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American Cultural Centre

The Amricani was built by the Dutch Reformed Church of America in the early 20th century as a hospital. The local people called it “Mustashfaa Amricani”. Out of respect for the history of the p;ace, we kept “Amricani”.

History of American Cultural Centre

The elegant structures lining the seafront in Kuwait City stand as enduring symbols of the nation’s dedication to community welfare, both in its storied past and promising future. Among these architectural treasures, the Al Amricani Cultural Centre holds a significant place, having served the people of Kuwait since the early 20th century.

The historic Amricani compound took shape between 1911 and 1913, initially comprising essential facilities such as a men’s hospital, women’s dispensary, and administrative offices. Over the years, it expanded to include a women’s hospital in the 1930s and a new men’s hospital completed in the 1940s. Staffed by professionals hailing from the US, Europe, and Kuwait, these hospitals played a vital role in healthcare provision, with many Western employees arriving as missionaries dedicated to serving the community. Notably, local Kuwaitis were often recruited for entry-level positions, receiving training that empowered them to assume more advanced roles within the healthcare system. Remarkably, individuals like Haider Khalifa, who started as an orderly in his teens, ascended to become pivotal figures in Kuwait’s public healthcare administration.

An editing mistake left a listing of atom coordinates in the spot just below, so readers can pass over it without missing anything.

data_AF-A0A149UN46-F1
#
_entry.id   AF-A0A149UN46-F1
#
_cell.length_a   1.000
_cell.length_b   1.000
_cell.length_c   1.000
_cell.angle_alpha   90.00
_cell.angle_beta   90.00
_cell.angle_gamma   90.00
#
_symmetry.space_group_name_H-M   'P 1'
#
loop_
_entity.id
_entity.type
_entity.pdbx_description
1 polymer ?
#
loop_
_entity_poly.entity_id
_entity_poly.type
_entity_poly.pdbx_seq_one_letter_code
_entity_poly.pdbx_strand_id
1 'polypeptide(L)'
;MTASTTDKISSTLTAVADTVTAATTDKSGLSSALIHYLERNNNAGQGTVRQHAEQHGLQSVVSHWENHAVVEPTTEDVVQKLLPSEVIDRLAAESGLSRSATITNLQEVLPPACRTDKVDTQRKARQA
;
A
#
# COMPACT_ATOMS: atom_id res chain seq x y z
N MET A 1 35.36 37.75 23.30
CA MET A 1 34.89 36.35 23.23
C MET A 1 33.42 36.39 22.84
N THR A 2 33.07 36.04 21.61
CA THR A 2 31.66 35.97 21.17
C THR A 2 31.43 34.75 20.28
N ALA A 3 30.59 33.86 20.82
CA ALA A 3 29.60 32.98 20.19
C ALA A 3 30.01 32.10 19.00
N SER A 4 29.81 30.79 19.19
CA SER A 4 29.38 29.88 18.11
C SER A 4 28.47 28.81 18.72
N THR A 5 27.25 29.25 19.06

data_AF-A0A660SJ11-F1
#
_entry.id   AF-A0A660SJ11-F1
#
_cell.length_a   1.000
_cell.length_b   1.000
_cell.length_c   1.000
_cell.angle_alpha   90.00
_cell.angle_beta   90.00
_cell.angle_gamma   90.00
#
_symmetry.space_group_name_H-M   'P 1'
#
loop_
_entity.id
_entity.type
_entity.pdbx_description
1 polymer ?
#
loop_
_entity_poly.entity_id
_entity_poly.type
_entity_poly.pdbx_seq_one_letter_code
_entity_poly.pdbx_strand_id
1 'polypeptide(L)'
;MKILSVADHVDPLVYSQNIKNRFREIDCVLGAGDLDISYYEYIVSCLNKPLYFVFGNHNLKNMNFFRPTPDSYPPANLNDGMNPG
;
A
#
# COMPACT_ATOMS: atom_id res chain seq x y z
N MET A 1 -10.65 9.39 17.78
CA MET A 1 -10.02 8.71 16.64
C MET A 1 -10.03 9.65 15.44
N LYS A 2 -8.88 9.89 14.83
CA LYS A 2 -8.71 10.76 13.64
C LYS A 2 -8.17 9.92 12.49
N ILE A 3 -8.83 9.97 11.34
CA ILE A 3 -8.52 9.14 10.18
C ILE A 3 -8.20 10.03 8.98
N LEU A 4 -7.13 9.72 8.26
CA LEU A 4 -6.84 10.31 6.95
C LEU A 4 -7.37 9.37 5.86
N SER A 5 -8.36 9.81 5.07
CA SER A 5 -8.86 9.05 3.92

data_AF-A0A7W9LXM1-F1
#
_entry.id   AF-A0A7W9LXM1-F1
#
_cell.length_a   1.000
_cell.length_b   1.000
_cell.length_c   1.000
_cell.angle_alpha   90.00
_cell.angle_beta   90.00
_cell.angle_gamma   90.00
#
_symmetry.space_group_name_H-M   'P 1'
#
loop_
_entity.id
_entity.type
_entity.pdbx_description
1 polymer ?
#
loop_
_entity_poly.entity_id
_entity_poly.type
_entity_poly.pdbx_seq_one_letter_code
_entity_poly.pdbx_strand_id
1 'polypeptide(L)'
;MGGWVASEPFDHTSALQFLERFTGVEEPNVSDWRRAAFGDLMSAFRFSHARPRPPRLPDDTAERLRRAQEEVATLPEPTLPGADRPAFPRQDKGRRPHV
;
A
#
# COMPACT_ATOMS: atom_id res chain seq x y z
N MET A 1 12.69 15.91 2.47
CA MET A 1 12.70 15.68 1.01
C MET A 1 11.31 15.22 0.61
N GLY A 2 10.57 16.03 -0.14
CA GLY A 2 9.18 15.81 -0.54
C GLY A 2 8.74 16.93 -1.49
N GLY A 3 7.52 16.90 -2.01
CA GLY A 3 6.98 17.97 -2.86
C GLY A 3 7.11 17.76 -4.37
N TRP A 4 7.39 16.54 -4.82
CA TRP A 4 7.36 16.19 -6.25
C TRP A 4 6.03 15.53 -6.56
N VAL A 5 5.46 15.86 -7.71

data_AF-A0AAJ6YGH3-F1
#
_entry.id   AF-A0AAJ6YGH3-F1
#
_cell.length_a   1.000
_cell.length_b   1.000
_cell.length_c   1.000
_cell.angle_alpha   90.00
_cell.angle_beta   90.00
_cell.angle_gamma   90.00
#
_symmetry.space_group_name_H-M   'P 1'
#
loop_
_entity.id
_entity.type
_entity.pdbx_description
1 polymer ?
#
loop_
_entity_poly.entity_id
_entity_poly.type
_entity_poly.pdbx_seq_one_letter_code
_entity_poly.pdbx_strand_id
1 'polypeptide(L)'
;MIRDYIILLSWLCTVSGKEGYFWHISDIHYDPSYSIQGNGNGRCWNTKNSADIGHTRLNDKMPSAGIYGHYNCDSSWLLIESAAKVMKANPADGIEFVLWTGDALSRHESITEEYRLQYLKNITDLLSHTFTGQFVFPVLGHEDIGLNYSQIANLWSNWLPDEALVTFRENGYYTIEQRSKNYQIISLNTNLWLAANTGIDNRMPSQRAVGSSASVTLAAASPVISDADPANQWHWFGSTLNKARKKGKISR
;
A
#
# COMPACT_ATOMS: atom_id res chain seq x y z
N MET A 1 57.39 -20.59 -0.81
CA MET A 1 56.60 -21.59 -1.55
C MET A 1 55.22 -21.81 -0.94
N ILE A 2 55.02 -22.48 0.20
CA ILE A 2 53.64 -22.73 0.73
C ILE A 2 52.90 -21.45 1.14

In 1967, with the Kuwaiti government establishing a robust network of public hospitals, the American Mission Hospitals closed their doors. Following a period of rejuvenation, the historic buildings underwent a transformative rebirth as a cultural center and museum, breathing new life into their storied halls.

Today, these buildings remain vital community hubs, repurposed to serve contemporary needs. The Olcott Building, formerly the women’s hospital, now houses the administrative offices and community-oriented exhibition spaces of Dar al-Athar al-Islamiyyah. Meanwhile, the grand edifice once known as the men’s hospital, named in honor of Dr. Stanley Mylrea, encompasses exhibition spaces, an education wing, a conservation lab, and a theater, continuing its legacy of enriching the lives of Kuwaiti citizens through cultural engagement and preservation.

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